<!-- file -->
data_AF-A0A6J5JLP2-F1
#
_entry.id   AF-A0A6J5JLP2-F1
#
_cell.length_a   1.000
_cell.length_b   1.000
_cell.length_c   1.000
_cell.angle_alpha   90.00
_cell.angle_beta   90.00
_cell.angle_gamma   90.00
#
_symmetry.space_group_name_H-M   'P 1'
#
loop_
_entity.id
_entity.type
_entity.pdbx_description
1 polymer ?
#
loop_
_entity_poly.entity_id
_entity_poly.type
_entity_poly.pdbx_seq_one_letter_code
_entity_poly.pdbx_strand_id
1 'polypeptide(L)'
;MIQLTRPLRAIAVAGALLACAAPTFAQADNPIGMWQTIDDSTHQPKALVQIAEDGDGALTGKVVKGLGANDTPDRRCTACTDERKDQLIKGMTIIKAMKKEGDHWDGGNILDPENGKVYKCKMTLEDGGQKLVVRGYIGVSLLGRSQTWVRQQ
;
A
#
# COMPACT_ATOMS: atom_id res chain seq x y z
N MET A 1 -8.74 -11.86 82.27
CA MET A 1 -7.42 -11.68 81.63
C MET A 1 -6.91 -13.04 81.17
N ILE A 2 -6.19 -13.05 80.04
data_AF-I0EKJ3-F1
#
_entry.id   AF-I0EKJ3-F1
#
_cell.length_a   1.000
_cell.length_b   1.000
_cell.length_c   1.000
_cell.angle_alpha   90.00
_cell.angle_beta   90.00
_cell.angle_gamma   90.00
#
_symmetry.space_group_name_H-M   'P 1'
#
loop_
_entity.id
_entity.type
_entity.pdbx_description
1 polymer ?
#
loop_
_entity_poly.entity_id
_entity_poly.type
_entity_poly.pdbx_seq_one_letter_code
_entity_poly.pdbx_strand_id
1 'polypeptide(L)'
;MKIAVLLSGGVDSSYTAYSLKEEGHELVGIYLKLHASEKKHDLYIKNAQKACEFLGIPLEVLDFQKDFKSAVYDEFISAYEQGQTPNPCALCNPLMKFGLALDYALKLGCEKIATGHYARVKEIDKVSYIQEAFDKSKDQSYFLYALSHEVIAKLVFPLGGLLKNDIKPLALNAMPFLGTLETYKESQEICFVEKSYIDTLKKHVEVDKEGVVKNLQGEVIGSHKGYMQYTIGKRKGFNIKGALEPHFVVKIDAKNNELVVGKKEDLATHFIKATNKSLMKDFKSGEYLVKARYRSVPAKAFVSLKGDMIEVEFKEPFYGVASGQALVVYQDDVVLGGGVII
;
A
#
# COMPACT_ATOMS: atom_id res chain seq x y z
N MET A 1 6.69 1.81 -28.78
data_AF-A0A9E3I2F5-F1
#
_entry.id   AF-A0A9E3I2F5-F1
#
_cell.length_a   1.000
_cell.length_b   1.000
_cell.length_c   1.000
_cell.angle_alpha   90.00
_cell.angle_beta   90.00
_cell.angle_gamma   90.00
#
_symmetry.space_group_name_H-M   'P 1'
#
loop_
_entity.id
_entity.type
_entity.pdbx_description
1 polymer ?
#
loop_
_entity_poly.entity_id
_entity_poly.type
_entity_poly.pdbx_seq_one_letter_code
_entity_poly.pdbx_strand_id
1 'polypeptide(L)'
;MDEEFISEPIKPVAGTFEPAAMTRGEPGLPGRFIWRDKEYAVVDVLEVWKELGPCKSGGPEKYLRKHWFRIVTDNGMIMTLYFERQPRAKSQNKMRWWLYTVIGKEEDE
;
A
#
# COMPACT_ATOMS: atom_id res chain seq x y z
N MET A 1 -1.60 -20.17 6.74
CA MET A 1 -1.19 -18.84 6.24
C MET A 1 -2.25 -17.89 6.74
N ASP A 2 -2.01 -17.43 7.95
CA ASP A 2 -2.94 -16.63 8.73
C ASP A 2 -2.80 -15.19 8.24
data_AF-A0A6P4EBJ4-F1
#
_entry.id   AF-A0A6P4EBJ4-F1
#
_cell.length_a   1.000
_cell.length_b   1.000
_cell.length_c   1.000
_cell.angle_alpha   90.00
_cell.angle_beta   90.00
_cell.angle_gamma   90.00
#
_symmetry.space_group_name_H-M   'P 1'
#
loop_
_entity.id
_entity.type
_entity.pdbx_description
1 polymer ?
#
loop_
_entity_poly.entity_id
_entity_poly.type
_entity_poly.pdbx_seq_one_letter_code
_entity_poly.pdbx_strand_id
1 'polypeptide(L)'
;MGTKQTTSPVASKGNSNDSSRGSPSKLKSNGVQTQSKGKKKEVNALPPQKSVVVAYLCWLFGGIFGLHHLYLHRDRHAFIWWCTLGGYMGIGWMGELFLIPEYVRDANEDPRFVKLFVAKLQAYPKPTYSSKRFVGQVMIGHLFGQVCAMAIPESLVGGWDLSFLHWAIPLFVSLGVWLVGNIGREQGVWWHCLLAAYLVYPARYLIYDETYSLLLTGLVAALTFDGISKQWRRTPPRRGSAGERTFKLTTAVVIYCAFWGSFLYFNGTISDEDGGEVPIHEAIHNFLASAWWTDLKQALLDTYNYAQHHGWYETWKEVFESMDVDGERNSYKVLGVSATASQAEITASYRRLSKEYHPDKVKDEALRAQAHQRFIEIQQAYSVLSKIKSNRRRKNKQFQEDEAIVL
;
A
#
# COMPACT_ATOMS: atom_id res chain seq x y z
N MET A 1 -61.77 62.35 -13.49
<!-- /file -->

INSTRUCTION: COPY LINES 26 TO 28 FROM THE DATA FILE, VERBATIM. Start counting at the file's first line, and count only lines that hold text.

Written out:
;MIQLTRPLRAIAVAGALLACAAPTFAQADNPIGMWQTIDDSTHQPKALVQIAEDGDGALTGKVVKGLGANDTPDRRCTACTDERKDQLIKGMTIIKAMKKEGDHWDGGNILDPENGKVYKCKMTLEDGGQKLVVRGYIGVSLLGRSQTWVRQQ
;
A